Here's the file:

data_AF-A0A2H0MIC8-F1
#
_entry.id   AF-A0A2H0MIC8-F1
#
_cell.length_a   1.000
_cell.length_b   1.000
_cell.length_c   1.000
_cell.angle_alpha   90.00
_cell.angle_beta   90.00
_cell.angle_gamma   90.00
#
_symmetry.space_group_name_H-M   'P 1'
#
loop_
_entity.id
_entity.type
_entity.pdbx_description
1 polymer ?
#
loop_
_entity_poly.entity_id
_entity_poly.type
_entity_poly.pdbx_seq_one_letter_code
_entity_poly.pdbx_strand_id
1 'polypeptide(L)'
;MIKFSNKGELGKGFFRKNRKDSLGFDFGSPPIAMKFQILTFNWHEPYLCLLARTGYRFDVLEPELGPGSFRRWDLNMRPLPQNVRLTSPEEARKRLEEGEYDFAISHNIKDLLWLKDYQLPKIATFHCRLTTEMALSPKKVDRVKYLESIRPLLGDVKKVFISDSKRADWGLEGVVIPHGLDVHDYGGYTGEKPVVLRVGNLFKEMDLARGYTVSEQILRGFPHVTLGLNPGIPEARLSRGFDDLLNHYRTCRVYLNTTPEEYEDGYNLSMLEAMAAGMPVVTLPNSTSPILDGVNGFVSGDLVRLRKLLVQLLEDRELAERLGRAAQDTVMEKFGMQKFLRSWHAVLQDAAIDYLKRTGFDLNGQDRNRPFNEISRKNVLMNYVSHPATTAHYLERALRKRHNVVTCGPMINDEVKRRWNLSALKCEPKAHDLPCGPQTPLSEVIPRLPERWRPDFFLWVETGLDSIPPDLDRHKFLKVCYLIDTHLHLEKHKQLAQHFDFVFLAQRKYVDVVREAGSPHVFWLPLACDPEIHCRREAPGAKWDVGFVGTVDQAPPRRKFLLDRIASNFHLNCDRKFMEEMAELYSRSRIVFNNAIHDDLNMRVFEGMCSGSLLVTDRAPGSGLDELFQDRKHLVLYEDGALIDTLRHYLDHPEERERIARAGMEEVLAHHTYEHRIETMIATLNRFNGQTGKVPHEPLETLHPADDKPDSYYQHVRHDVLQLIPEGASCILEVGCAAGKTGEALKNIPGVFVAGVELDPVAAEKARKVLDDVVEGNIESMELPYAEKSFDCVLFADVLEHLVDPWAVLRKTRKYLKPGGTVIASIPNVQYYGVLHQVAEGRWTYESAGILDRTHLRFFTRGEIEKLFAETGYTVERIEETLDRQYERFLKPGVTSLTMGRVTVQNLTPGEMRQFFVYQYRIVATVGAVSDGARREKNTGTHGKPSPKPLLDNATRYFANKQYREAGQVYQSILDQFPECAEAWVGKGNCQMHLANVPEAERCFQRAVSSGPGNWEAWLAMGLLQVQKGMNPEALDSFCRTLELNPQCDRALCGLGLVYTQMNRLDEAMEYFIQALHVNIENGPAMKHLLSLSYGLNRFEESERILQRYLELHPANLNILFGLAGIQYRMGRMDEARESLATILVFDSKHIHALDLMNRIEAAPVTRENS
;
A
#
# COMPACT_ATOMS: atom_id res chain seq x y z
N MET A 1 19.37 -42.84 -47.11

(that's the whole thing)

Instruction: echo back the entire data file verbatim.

data_AF-A0A2H0MIC8-F1
#
_entry.id   AF-A0A2H0MIC8-F1
#
_cell.length_a   1.000
_cell.length_b   1.000
_cell.length_c   1.000
_cell.angle_alpha   90.00
_cell.angle_beta   90.00
_cell.angle_gamma   90.00
#
_symmetry.space_group_name_H-M   'P 1'
#
loop_
_entity.id
_entity.type
_entity.pdbx_description
1 polymer ?
#
loop_
_entity_poly.entity_id
_entity_poly.type
_entity_poly.pdbx_seq_one_letter_code
_entity_poly.pdbx_strand_id
1 'polypeptide(L)'
;MIKFSNKGELGKGFFRKNRKDSLGFDFGSPPIAMKFQILTFNWHEPYLCLLARTGYRFDVLEPELGPGSFRRWDLNMRPLPQNVRLTSPEEARKRLEEGEYDFAISHNIKDLLWLKDYQLPKIATFHCRLTTEMALSPKKVDRVKYLESIRPLLGDVKKVFISDSKRADWGLEGVVIPHGLDVHDYGGYTGEKPVVLRVGNLFKEMDLARGYTVSEQILRGFPHVTLGLNPGIPEARLSRGFDDLLNHYRTCRVYLNTTPEEYEDGYNLSMLEAMAAGMPVVTLPNSTSPILDGVNGFVSGDLVRLRKLLVQLLEDRELAERLGRAAQDTVMEKFGMQKFLRSWHAVLQDAAIDYLKRTGFDLNGQDRNRPFNEISRKNVLMNYVSHPATTAHYLERALRKRHNVVTCGPMINDEVKRRWNLSALKCEPKAHDLPCGPQTPLSEVIPRLPERWRPDFFLWVETGLDSIPPDLDRHKFLKVCYLIDTHLHLEKHKQLAQHFDFVFLAQRKYVDVVREAGSPHVFWLPLACDPEIHCRREAPGAKWDVGFVGTVDQAPPRRKFLLDRIASNFHLNCDRKFMEEMAELYSRSRIVFNNAIHDDLNMRVFEGMCSGSLLVTDRAPGSGLDELFQDRKHLVLYEDGALIDTLRHYLDHPEERERIARAGMEEVLAHHTYEHRIETMIATLNRFNGQTGKVPHEPLETLHPADDKPDSYYQHVRHDVLQLIPEGASCILEVGCAAGKTGEALKNIPGVFVAGVELDPVAAEKARKVLDDVVEGNIESMELPYAEKSFDCVLFADVLEHLVDPWAVLRKTRKYLKPGGTVIASIPNVQYYGVLHQVAEGRWTYESAGILDRTHLRFFTRGEIEKLFAETGYTVERIEETLDRQYERFLKPGVTSLTMGRVTVQNLTPGEMRQFFVYQYRIVATVGAVSDGARREKNTGTHGKPSPKPLLDNATRYFANKQYREAGQVYQSILDQFPECAEAWVGKGNCQMHLANVPEAERCFQRAVSSGPGNWEAWLAMGLLQVQKGMNPEALDSFCRTLELNPQCDRALCGLGLVYTQMNRLDEAMEYFIQALHVNIENGPAMKHLLSLSYGLNRFEESERILQRYLELHPANLNILFGLAGIQYRMGRMDEARESLATILVFDSKHIHALDLMNRIEAAPVTRENS
;
A
#
# COMPACT_ATOMS: atom_id res chain seq x y z
N MET A 1 19.37 -42.84 -47.11